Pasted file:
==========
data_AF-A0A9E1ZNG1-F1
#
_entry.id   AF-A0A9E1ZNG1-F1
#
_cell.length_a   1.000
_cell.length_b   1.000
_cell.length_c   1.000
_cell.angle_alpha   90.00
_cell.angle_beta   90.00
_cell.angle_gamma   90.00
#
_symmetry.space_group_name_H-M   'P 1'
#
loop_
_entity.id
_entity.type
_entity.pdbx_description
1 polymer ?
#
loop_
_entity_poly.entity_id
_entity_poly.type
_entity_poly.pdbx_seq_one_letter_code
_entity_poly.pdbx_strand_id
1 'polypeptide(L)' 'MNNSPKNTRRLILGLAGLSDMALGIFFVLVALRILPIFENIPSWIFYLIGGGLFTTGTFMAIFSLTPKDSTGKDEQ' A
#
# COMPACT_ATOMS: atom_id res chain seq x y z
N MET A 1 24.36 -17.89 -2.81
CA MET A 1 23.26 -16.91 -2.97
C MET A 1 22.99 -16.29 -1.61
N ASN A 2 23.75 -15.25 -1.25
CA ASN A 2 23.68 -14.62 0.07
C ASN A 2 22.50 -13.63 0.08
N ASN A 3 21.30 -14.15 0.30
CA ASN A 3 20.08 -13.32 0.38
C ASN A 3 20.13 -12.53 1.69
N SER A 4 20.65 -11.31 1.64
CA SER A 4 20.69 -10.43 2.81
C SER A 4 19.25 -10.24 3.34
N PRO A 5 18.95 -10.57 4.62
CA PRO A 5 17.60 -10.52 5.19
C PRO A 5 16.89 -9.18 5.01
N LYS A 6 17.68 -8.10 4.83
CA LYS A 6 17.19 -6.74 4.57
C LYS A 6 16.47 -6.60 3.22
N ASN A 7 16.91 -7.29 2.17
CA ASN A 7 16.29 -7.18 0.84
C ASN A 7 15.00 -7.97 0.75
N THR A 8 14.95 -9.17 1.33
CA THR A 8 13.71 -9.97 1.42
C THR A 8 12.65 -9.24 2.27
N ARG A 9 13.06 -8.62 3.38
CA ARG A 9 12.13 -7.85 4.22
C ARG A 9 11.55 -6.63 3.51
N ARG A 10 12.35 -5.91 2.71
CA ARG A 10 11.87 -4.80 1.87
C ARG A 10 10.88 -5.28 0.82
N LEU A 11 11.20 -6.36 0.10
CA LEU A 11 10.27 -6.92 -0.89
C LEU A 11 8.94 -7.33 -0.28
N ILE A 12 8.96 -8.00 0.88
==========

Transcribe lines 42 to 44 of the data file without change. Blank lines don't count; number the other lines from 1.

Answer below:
C PRO A 5 16.89 -9.18 5.01
N LYS A 6 17.68 -8.10 4.83
CA LYS A 6 17.19 -6.74 4.57